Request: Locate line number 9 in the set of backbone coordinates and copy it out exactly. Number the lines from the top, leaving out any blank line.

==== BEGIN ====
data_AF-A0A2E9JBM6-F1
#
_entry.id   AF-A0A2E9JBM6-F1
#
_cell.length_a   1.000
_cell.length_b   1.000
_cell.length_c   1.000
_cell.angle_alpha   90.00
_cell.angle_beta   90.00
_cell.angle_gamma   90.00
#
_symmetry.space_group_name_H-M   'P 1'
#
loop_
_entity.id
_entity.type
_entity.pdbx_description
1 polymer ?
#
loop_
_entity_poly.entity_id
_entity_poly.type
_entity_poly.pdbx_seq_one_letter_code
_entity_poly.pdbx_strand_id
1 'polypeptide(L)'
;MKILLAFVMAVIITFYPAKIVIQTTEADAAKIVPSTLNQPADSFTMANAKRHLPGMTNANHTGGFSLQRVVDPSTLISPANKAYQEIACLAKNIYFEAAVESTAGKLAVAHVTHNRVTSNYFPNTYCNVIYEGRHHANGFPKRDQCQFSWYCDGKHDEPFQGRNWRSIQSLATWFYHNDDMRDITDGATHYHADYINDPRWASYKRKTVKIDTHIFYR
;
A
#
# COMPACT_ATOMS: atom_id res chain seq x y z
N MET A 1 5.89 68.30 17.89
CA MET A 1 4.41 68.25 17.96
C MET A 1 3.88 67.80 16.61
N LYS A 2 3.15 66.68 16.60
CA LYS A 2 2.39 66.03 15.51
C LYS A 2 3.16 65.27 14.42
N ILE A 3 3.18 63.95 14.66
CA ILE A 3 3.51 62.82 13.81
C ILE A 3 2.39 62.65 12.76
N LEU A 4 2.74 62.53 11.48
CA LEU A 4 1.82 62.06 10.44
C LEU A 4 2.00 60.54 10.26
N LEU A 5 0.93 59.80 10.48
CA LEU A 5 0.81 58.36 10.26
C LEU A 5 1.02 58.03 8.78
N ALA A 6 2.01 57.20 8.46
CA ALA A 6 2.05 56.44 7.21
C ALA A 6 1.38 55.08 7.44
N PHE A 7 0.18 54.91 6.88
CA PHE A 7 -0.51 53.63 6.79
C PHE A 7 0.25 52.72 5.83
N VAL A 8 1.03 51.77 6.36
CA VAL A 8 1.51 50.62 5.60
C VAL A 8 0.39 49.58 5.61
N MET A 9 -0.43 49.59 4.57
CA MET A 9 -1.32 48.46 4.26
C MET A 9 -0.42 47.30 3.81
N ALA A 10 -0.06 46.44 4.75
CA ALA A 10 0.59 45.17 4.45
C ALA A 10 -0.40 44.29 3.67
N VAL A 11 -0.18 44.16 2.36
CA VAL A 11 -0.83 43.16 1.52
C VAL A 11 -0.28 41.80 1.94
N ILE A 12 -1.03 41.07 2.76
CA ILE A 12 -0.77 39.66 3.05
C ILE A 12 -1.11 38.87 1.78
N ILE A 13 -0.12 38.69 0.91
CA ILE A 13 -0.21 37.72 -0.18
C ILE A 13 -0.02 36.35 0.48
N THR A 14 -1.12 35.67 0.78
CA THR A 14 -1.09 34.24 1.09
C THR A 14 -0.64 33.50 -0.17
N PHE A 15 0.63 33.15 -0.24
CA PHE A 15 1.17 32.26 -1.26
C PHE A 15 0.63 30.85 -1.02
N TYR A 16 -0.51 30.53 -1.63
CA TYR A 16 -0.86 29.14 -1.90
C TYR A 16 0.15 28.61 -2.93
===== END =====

_cell.angle_beta   90.00